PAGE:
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Space efficient emergency food.

Discussion in 'Where, When, & How Do We Carry All This Stuff?' started by amacman, Feb 3, 2010.

  1. Cryptic

    Cryptic Loaded Pockets

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    There was a pretty involved thread on Usual Suspects about this same item some time ago, and the conclusion (after several medical professionals and military chimed in) was that they are worthless. They don't even inform you of what's in their product- just call it a "Proprietary Blend." Find a bottle of Muscle Milk and a Flintstone's vitamin and save your dollars for products that work.

    Google "Russ Bianchi" and tell me you feel confident putting something in your body that this man designed.
     
  2. Tradecraft

    Tradecraft Banned

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    Some options that I use are:

    -Peanut butter
    -Almond butter
    -Almonds or other assortment of nuts
    -Honey
    -Beef jerky
    -Tuna fish
    -Dehydrated fruit
    -Oatmeal and/or Cream of wheat

    There are others but this would be a good start especially for a BOB.
     
  3. Mister Scribble

    Mister Scribble Loaded Pockets

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    Powdered green veggie juice drinks will give you energy, vitamins, and store well. You'll need a glass of water and a spoon to mix them. Lots of choices: Gary Null's Green Stuff, Barley Grass Juice, even tablets like Sun Chlorella (not really a veggie juice, it's from sea chlorella, a one celled organism with chlorophyll). You can get some of these green drinks in capsule form.

    Some people have lived on green juices for a few weeks doing juice fasts. Gets boring maybe but you can do it. But check to see if your digestive system tolerates it. Don't try to take too much at once.
     
  4. mossyoak

    mossyoak Loaded Pockets

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    pink salmon in 4oz foil packs
    honey
    peanut butter
    Clif bars
    summer sausage (i make my own with wild boar or deer or a combination of both)
    beef jerky (i make beef, deer, turkey, trout, and salmon jerky deer and salmon are the two that are probably best for you)
     
  5. Barkley666

    Barkley666 Empty Pockets

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    I EDC a nut and dried fruit mix, it's not salted, comes in a sealed package (waterproof), and can stay in a hot environment. It's very small and it should keep me trough the day.

    For my BOB I want to buy some US Army MRE's, but they are hard to find/pricey.

    Currently in my BOB (I pack for 72h):
    - 3 days worth of meals in a can with easy opening (don't need a can opener): ravioli, cassoulet and choucroute. I can eat them cold, right out the can, or put the can in the fire to heat things up ( if you do this, be sure to OPEN THE CAN FIRST!, you don't want pressure to build up! ). The empty cans can be used as containers.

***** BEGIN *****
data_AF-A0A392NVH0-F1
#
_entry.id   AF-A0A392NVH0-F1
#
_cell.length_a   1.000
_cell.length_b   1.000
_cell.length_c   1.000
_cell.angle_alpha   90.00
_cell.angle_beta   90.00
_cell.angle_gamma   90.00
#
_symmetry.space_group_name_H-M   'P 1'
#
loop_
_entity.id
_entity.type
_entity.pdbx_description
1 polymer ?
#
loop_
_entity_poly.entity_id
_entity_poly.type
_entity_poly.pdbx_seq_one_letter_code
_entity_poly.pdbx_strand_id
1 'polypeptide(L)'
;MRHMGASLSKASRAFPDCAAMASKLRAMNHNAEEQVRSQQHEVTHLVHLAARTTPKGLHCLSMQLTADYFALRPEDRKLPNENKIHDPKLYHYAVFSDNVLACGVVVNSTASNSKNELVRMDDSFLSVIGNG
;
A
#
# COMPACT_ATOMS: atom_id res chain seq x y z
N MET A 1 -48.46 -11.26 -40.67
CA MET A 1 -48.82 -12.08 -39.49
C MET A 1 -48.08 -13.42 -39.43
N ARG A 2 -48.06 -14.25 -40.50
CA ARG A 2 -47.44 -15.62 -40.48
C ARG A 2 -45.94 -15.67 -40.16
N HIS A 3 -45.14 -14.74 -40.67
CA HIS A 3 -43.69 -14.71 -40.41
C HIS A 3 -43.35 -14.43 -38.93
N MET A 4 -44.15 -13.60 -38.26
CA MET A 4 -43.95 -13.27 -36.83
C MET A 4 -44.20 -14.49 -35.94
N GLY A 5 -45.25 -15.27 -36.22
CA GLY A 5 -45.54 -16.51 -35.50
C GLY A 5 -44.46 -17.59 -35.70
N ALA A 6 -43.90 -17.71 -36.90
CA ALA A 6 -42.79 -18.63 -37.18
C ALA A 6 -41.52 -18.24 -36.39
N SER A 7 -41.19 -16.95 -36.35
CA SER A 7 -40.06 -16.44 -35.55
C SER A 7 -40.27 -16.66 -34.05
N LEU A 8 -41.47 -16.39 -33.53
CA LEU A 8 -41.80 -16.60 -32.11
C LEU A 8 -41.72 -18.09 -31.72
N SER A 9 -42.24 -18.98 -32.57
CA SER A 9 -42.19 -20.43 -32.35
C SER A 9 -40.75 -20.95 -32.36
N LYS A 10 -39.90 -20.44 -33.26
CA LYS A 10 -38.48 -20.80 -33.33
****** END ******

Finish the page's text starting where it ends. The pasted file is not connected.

The downside? You need a fire to heat them up, they're bulky and heavy compared to MRE's.

    - I also pack a plastic jar of 1kg of chocolate paste (5000 kcal !). It's compact, very tasty (keeps up the morale), should give me enough energy to keep me going until I find better food, it's tradable, keeps good for years and is effective as bait. Why not peanut butter? You can't find big jars here, it's 5x the price, it tastes less good and dangerous for people with allergies.


    Other things that are great to store at home:
    - tuna
    - sardines (makes a very nice bait)
    - corned beef
    - canned fruit (drink the "juice" they are kept in, don't throw it away!)
    - potato powder
    - canned potato's (already cooked, so you don't need heat or water), they exist under vacuum but
    - rice and pasta (but you need water and heat)
    - all sorts of canned vegetables: in the long end you will have to eat balanced to keep healty!
    - powder milk
    - powder eggs
    - flour and yeast
    - sugar and salt

    All things that are very cheap and tastes good! It is important to eat things you like, even when s hit f, you need to keep up the morale!

    Be sure to pack the rice, flower, sugar and salt in closed protected jars, you don't want to be surprised by mices!

    Prep wisely, think about your environment and don't forget water!
    Don't just put everything nicely on a rack, yeah it looks cool, but is not OK! You need to protect your food against water, air and rodents!